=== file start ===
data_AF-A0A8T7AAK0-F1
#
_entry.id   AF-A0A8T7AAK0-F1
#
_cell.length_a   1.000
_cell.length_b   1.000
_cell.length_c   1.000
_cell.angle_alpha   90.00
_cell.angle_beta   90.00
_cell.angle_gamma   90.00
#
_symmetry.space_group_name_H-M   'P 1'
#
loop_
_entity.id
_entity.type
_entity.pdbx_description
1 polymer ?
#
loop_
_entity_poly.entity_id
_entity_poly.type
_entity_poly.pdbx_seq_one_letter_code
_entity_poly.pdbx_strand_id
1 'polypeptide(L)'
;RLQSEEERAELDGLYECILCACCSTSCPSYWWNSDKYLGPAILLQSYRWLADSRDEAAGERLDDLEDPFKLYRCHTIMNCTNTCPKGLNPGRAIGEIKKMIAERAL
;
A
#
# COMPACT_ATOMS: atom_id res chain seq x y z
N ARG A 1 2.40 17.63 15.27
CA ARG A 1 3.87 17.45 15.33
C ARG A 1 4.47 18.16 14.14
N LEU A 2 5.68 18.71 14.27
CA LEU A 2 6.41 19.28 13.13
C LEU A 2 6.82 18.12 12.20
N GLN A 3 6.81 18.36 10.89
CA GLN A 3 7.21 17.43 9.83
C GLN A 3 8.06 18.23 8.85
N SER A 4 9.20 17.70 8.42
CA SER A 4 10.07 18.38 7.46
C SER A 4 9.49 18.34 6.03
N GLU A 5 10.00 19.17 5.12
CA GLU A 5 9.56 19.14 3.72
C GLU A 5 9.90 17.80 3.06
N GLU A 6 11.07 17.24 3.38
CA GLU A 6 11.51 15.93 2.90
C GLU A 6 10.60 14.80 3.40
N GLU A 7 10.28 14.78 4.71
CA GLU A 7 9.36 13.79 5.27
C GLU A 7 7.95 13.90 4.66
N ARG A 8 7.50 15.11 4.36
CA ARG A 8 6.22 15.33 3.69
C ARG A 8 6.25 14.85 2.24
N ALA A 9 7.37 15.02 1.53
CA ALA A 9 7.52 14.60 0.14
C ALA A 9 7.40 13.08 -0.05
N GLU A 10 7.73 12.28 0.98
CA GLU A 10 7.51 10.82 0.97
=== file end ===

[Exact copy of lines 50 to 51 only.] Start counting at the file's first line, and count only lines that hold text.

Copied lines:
CA GLU A 7 9.36 13.79 5.27
C GLU A 7 7.95 13.90 4.66